Essential Service Providers

System operators take on the role of frontline defenders of community health and safety.

When we profiled the Regional Municipality of Wood Buffalo in northeastern Alberta, Canada, in the June 2015 issue of MSW, we had no way of knowing it would essentially burn to the ground less than a year later.

Fort McMurray, Alberta, is the urban center of RMWB, and as I write this column in mid-May, it’s in flames. The hub of the Canadian oilsands has been wiped out. The whole city has been evacuated. The population has been reduced almost exclusively to firefighters and police. And the water system operators.

According to local news reports, nine members of the water system crew stayed behind when everyone else was evacuated. They too were evacuated for a short time when flames surrounded the water treatment plant, but they returned hours later, determined to do whatever they could to keep the water flowing for firefighters. They wore dust masks and went about their business, according to a CBC News report, as fire ripped through trees 50 feet from the plant, which was filled with thick smoke.

Water is an essential service, and the team in Fort McMurray takes it to heart, but it’s not the only utility crew that has put the health and safety of its community above all else.

The City of Napa (California) Water Division has dealt with Mother Nature’s devastating blows, too. The utility, profiled in this issue of MSW, was hit hard when the magnitude 6.0 South Napa earthquake struck on a Sunday morning in August 2014.  

The epicenter of the quake was in a canyon outside town, but of the local communities, Napa was hit hardest. Streets opened up. Pipes ruptured. Within just a few hours, well over a hundred leaks were reported. To avoid water contamination, the treatment plants were ramped up from 18 to 32 mgd to feed the leaks and maintain positive pressure.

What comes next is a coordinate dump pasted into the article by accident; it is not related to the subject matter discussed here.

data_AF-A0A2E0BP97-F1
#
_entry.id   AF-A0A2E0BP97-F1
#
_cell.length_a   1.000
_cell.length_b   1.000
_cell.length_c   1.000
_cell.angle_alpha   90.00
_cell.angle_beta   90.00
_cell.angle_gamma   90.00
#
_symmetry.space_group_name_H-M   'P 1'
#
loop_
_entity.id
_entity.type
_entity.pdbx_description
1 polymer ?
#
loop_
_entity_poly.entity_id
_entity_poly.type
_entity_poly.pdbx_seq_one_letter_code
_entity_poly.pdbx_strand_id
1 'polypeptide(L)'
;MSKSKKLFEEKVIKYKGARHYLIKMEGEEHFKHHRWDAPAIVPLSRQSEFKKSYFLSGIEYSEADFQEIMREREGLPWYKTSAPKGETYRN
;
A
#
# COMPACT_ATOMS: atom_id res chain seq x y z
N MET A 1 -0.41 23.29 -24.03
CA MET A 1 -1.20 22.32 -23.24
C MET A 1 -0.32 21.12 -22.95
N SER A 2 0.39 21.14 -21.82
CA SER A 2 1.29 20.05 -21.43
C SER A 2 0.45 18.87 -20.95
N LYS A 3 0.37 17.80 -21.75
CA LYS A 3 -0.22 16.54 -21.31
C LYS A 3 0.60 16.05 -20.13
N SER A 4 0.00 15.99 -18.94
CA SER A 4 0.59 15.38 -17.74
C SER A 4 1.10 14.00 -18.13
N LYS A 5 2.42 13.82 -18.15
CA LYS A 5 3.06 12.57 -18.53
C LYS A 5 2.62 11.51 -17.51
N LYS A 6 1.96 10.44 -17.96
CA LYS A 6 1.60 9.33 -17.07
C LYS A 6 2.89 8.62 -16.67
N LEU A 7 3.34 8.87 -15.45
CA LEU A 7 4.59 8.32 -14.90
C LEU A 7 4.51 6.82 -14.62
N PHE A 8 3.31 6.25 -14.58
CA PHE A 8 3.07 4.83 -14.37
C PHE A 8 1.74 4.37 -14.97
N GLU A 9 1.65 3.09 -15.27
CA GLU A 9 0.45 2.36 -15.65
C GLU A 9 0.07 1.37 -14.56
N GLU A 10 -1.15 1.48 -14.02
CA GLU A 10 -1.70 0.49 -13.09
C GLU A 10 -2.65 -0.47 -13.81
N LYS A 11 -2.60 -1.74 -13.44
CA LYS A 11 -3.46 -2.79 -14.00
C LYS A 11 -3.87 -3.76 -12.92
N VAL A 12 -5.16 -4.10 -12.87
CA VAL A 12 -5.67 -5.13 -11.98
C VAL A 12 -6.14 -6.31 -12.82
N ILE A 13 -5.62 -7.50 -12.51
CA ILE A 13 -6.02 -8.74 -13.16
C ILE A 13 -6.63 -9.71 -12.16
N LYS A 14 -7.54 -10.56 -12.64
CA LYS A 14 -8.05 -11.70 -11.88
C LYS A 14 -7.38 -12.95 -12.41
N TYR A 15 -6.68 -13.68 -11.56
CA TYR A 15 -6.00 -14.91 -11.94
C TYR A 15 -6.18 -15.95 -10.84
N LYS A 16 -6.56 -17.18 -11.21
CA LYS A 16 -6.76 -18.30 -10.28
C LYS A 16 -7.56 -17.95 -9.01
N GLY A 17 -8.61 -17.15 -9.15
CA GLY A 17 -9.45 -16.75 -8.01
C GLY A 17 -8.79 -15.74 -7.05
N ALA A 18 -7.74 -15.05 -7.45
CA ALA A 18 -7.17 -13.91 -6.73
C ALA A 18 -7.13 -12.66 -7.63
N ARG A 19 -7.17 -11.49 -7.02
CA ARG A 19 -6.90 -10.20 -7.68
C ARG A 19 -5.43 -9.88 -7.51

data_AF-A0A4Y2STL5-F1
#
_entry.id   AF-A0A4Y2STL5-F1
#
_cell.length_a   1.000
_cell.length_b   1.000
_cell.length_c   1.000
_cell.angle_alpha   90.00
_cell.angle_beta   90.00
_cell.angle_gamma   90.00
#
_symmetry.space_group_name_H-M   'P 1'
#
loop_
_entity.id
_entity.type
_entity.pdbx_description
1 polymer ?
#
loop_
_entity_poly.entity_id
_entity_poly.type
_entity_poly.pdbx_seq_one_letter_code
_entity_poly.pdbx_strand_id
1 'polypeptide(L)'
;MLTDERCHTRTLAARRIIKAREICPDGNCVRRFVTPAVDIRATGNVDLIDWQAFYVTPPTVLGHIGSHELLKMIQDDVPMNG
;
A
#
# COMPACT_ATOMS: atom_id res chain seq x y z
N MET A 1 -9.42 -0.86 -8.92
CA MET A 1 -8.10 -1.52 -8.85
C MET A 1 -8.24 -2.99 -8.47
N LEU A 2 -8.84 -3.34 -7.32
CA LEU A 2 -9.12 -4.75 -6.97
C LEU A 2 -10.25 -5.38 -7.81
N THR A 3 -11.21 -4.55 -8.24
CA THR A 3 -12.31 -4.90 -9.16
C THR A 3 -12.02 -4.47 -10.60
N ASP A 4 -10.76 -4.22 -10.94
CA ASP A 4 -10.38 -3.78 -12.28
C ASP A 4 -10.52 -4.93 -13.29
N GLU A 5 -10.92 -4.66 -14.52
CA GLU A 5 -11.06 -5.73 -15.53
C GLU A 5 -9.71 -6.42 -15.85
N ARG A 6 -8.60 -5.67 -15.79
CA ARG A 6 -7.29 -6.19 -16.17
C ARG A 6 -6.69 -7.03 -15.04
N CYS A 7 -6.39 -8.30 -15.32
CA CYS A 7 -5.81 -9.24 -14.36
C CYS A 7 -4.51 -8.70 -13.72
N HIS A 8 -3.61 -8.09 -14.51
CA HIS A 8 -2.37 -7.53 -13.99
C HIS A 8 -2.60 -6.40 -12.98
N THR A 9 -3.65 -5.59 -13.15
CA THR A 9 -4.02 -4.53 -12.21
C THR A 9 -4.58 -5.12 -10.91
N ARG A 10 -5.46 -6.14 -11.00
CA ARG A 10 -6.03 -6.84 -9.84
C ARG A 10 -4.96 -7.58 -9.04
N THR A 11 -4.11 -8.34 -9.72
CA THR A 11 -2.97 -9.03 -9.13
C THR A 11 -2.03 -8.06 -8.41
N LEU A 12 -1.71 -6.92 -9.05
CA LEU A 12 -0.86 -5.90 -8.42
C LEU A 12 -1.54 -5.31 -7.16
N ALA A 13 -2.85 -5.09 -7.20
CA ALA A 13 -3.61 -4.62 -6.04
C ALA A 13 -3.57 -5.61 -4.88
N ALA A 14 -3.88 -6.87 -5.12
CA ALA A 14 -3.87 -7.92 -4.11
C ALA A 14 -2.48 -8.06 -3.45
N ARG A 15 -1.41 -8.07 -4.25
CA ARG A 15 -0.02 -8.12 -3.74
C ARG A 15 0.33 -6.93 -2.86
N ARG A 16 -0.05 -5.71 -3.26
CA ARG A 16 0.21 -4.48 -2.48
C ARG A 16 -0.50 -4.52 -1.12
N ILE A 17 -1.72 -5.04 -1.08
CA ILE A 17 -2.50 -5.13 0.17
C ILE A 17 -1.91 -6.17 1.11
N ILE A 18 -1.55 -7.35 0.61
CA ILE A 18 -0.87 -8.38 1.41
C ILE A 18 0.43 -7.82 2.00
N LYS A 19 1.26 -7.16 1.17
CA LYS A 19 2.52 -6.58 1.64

By Monday morning, crews from the California Water/Wastewater Agency Response Network and other mutual aid utilities were arriving to help. Even as leaks were being fixed, new leaks began to surface. But with crews going nonstop, 120 leaks were repaired in a single week, and exhausted Napa crews finally took a break on the next Sunday.

Just an hour west, on the edge of San Francisco Bay, the Richmond Municipal Sewer District’s battle against the forces of nature has been less dramatic but equally important. The utility, also profiled this month, has been fighting direct tidal inflow, groundwater infiltration from tidal saturation, stormwater inflow from connections between stormwater sources (downspouts and sumps) and the sewer system, and rainfall-dependent infiltration.

Your community may not border any sensitive waterways. Maybe you’ve never felt even the slightest tremor or caught a whiff of smoke blowing through the trees, but there are lessons to be learned in all these stories — lessons on preparedness, resilience, fortitude and success. Understanding how these utilities have dealt with their issues might help you guide your utility through something similar, or it might help you apply the same approach to an entirely different situation.

Regardless of how or when, I hope these stories can help you.

Enjoy this month’s issue.


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